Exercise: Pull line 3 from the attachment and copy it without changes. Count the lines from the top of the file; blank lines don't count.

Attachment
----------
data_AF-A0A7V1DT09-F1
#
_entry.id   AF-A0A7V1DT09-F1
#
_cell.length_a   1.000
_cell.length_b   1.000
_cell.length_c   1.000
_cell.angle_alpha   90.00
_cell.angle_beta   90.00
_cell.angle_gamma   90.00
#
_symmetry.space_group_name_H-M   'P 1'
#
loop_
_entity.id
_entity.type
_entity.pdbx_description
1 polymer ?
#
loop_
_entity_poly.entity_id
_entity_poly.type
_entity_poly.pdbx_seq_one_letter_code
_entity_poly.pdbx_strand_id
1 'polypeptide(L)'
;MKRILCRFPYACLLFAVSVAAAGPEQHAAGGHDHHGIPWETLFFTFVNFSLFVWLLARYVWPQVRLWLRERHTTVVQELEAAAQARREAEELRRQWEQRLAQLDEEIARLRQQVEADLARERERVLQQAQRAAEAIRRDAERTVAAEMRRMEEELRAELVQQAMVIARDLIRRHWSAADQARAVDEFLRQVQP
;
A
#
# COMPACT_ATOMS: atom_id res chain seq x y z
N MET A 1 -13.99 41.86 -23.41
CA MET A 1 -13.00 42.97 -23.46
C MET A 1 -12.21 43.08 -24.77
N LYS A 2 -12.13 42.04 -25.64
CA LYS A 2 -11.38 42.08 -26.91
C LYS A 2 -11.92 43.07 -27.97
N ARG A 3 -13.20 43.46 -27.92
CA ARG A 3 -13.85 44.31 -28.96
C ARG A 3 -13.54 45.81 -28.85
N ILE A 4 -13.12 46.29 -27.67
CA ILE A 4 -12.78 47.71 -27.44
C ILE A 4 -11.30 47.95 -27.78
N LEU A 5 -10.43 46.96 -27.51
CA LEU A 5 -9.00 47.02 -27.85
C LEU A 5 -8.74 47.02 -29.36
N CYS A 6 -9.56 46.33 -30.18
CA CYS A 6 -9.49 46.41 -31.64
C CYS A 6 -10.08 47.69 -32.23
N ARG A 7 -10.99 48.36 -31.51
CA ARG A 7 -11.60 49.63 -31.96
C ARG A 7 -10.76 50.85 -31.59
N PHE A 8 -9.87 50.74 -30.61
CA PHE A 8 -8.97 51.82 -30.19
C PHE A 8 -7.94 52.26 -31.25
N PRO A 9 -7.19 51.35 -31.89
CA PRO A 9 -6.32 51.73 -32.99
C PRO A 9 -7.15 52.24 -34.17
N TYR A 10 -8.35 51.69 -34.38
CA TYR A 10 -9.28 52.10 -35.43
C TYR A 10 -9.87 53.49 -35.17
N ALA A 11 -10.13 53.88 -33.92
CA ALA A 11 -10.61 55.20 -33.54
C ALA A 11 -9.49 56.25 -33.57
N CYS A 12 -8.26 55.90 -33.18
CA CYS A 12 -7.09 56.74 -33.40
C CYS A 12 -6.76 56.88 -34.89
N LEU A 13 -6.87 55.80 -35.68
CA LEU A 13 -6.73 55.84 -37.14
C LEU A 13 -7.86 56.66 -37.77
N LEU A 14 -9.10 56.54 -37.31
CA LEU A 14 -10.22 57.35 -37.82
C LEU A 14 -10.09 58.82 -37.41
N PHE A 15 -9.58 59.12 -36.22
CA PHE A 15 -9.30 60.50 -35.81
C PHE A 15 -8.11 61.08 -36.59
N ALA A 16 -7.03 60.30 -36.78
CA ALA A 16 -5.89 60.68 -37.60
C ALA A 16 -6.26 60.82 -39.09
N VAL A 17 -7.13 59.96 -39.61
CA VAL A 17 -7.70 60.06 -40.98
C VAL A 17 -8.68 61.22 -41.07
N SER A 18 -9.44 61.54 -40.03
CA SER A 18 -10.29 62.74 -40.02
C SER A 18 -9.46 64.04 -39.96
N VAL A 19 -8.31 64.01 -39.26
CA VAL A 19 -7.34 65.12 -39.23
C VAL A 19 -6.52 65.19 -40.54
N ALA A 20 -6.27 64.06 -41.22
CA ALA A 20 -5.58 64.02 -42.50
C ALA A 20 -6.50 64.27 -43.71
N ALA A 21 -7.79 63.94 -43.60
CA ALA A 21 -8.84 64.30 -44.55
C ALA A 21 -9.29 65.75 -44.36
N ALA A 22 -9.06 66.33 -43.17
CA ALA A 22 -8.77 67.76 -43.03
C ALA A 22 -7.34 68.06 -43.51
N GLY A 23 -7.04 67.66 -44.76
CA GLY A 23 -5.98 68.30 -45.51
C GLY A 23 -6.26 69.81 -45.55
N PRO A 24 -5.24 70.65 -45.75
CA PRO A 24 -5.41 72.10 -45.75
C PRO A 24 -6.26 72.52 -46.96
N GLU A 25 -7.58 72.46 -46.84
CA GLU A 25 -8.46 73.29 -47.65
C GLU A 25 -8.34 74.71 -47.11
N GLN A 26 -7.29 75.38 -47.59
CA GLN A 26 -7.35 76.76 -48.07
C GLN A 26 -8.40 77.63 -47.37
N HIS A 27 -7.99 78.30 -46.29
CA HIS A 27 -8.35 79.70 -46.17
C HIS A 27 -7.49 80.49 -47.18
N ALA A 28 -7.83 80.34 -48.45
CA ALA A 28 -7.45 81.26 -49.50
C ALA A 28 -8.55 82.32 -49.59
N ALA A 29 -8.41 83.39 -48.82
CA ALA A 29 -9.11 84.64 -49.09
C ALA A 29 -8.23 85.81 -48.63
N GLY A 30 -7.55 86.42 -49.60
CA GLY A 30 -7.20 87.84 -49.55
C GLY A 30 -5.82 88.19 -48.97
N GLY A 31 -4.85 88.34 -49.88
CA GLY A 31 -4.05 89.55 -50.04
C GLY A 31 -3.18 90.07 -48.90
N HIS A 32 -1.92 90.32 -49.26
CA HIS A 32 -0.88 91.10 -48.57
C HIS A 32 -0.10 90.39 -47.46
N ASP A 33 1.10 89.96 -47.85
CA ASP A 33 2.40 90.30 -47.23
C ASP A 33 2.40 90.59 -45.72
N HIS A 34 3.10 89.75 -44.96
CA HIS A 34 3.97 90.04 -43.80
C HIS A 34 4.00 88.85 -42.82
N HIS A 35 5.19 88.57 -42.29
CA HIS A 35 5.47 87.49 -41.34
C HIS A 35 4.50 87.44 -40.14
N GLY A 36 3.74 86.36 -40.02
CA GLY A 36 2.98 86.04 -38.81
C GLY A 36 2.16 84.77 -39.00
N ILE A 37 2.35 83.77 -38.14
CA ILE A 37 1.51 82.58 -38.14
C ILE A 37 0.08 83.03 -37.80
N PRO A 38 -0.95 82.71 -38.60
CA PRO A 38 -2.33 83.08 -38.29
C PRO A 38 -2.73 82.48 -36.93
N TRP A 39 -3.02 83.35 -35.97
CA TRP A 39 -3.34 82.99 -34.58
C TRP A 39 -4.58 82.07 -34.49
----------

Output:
_entry.id   AF-A0A7V1DT09-F1